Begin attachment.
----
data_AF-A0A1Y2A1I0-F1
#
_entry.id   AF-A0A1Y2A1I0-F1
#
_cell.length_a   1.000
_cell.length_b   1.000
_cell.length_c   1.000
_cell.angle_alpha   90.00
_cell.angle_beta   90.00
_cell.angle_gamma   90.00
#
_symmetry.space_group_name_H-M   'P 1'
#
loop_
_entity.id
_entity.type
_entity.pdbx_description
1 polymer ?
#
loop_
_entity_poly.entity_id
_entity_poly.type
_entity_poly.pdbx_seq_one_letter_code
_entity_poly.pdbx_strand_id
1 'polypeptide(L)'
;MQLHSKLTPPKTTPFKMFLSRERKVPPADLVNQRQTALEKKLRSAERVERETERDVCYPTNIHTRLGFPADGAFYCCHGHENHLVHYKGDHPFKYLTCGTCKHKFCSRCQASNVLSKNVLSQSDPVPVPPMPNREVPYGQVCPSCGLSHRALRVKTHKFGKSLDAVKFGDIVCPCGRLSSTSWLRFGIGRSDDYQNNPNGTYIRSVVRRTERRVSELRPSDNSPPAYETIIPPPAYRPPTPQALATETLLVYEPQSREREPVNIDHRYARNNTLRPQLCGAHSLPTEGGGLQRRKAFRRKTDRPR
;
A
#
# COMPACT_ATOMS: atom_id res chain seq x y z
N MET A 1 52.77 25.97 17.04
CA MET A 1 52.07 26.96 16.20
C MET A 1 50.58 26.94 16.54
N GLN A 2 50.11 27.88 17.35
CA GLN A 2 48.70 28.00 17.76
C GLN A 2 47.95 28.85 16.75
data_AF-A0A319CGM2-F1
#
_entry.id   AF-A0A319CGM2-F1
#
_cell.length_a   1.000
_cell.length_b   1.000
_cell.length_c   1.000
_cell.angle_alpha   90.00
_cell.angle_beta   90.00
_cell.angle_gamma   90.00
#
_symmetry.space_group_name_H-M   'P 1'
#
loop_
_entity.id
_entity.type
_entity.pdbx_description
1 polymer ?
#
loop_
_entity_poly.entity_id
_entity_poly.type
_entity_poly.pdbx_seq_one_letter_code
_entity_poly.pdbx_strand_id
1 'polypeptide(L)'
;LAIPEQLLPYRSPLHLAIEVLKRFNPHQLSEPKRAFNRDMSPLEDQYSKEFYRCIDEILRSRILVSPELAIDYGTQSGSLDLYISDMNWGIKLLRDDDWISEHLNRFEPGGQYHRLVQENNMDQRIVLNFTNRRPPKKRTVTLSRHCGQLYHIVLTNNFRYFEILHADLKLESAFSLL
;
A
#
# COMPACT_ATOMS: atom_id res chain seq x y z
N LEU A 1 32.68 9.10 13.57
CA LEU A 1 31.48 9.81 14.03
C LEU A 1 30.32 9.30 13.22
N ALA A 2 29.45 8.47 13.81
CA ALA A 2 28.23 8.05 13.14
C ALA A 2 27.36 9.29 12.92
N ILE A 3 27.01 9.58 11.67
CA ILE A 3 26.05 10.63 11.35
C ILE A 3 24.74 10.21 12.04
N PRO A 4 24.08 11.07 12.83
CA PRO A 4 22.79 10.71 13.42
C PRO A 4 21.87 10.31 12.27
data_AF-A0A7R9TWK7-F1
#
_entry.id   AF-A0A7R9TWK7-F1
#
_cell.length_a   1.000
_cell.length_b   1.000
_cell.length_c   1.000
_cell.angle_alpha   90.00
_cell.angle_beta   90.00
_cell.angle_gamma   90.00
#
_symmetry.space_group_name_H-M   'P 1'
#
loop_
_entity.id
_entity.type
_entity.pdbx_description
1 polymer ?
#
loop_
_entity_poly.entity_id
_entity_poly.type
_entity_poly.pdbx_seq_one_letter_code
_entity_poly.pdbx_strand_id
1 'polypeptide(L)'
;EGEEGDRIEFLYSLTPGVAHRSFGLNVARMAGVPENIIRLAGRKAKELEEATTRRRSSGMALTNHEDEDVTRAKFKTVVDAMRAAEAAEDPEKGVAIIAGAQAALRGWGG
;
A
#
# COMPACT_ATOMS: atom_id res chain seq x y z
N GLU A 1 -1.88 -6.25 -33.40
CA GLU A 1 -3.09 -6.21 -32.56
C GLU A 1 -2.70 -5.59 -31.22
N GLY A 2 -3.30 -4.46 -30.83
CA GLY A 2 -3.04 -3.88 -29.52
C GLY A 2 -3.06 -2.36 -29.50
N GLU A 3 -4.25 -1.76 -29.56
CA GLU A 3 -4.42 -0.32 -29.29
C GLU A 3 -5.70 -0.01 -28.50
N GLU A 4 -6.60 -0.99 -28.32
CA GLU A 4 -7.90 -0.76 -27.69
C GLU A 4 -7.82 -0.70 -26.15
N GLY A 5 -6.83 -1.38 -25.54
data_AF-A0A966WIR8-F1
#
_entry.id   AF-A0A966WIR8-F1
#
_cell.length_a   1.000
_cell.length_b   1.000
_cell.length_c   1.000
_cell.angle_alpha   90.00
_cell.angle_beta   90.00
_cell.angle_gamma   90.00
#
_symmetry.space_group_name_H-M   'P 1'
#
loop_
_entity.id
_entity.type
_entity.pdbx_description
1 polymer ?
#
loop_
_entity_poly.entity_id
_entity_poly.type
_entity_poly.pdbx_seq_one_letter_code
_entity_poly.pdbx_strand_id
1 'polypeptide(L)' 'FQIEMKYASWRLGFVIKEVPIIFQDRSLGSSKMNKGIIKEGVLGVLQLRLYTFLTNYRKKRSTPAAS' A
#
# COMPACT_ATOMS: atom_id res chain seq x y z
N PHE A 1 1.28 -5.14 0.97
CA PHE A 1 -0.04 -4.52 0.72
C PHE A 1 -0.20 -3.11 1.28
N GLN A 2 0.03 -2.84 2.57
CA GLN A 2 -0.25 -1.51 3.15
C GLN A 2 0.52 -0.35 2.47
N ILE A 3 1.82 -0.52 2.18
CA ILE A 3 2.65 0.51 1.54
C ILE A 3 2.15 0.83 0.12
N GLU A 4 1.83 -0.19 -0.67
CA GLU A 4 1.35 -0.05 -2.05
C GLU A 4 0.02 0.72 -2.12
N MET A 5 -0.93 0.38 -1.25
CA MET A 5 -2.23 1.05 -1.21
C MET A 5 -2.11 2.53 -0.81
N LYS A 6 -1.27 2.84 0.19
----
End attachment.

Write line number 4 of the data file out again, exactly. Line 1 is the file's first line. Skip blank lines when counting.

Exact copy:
#